Monday, December 21, 2009

Books 2009

A couple different people have posted (in varying places) asking for readers to submit their "best books" or "favorite books" of 2009. I looked over my list, and came up with this:

Coop: a year of poultry, pigs, and parenting by Michael Perry

In my couple years in Wisconsin, I had the opportunity to meet Michael Perry several times. He is a good writer, and gives a great view of that part of the world.

A Great and Godly Adventure: The Pilgrims and the myth of the first Thanksgiving by Godfrey Hodgson

It is slightly scholarly, but gives a more accurate picture of Thanksgiving

Wine Politics: How Governments, Environmentalists, Mobsters, and Critics Influence the Wines We Drink by Tyler Colman

An incredibly interesting book on the politics behind what so many of us drink.

American character : the curious life of Charles Fletcher Lummis and the rediscovery of the Southwest by Mark Thompson

Charles Lummis was the Director of the Los Angeles Public Library for five years just after the turn of the last century. He led a fascinating life!

The soul of a new machine by Tracy Kidder

In many ways, it brought back memories of my days growing up in Central Massachusetts, and my early computer experiences

Sneaker wars: the enemy brothers who founded Adidas and Puma and the family feud that forever changed the business of sports Barbara Smit

A very interesting book about the history of these two brands

My Life in France by Julia Child with Alex Prud'homme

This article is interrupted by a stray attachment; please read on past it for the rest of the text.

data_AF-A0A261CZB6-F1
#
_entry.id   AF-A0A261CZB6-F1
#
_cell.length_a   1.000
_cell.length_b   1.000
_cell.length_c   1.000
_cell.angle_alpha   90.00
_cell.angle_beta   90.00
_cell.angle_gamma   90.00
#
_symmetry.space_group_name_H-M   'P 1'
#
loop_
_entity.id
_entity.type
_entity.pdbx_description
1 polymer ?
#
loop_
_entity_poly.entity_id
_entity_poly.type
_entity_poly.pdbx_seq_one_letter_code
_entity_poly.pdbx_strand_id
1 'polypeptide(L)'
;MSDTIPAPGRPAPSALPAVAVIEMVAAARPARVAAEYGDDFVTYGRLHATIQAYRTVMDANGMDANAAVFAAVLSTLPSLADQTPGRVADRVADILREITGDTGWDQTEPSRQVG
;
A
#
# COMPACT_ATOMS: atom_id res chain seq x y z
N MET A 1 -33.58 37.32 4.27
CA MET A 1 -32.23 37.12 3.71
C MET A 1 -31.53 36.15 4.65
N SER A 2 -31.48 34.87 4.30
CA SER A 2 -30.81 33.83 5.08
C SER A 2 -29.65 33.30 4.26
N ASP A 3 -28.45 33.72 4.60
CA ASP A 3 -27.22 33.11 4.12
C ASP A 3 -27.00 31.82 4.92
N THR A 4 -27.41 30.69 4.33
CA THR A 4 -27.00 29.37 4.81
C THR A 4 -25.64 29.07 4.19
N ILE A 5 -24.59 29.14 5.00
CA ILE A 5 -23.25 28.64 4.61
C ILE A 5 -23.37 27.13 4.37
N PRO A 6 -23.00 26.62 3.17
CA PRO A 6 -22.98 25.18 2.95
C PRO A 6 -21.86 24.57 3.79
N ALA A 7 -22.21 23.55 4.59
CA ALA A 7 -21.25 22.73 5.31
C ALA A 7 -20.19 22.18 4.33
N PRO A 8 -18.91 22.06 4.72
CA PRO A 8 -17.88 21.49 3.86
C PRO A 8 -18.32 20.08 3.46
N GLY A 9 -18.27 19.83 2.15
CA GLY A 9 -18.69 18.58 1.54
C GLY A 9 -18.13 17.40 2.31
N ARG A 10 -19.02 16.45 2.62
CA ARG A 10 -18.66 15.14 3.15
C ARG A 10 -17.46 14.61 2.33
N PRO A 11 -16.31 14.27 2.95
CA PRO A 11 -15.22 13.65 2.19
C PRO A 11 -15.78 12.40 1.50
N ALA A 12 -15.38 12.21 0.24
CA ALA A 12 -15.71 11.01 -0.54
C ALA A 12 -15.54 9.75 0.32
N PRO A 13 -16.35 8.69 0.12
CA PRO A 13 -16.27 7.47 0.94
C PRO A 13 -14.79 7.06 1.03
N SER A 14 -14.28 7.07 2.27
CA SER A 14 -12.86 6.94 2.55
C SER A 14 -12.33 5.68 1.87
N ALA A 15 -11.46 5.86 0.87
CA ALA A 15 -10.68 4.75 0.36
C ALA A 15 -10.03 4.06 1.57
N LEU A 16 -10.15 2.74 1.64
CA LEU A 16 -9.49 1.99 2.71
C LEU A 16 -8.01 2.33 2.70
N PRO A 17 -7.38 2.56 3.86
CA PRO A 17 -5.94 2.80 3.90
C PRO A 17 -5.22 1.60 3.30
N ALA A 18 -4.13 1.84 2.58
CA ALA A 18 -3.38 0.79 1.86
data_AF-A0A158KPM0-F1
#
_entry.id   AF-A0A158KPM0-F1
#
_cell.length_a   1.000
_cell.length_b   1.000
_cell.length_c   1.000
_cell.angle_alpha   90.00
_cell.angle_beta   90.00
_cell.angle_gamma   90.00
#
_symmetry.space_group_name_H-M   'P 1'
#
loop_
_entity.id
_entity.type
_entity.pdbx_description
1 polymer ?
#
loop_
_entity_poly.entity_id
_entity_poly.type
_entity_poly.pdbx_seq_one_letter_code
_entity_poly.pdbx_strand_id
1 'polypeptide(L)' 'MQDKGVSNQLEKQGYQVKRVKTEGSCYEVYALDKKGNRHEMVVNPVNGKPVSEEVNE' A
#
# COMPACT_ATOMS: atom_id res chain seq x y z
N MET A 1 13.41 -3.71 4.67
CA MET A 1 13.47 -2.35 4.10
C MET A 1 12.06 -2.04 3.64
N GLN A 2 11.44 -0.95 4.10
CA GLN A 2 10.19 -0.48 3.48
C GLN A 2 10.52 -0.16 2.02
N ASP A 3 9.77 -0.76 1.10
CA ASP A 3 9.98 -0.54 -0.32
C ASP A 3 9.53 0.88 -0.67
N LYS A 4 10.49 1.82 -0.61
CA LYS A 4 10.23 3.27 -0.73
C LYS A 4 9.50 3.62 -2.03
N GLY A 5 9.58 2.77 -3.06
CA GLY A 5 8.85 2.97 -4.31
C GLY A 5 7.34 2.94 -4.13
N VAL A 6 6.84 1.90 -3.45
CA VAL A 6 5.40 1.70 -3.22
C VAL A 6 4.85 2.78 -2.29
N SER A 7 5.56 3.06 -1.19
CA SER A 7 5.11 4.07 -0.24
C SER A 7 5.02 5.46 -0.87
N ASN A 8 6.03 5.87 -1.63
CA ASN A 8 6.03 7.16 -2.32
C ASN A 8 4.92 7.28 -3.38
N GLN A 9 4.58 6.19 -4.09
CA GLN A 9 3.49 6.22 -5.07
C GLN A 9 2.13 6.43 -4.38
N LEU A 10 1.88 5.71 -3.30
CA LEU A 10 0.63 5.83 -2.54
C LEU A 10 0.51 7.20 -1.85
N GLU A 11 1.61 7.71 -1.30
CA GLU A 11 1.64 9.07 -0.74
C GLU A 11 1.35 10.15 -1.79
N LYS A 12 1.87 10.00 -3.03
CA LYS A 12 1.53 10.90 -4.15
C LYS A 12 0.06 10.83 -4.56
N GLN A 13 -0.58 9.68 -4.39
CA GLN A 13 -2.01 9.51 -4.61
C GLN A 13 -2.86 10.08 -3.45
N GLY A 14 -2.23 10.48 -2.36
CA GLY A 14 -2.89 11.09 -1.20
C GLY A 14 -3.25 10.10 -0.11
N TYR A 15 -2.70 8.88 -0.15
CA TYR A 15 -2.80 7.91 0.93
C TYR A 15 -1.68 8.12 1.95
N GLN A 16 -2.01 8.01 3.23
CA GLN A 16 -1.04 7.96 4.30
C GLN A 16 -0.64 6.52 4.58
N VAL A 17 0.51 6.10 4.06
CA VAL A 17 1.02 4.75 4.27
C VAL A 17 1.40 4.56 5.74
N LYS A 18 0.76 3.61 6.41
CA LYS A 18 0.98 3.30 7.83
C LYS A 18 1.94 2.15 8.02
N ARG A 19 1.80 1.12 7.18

I was inspired to read this by the great movie “Julie and Julia.”

As a newcomer to New Orleans, I would recommend these two titles which I read this year, the first is older.

Rising Tide: The great Mississippi flood of 1927 and how it changed America by John M. Barry

Nine lives : death and life in New Orleans by Dan Baum

I also have been listening to a lot of items here are a few I would recommend:

The irregulars: Roald Dahl and the British spy ring in wartime Washington by Jennet Conant, read by Simon Prebble

Dahl is now better known as an author of children’s literature, but he did a lot of work as a British spy in DC!

This just in by Bob Schieffer

An inside look at how the news gets reported – from a singular perspective

Fallen Founder: The life of Aaron Burr by Nancy Isenberg, read by Scott Brick

Most of Burr’s diaries and papers were lost at sea, so it was his enemies who wrote most of the history. This is a fascinating, well written look at one of the founders.

The Downhill Lie: A Hacker's Return to a Ruinous Sport by Carl Hiaasen, read by the author

This was just hysterical! And Hiaasen does a good job as narrator!

After the first of the year, I will still do my "clean-up" of the sidebar.

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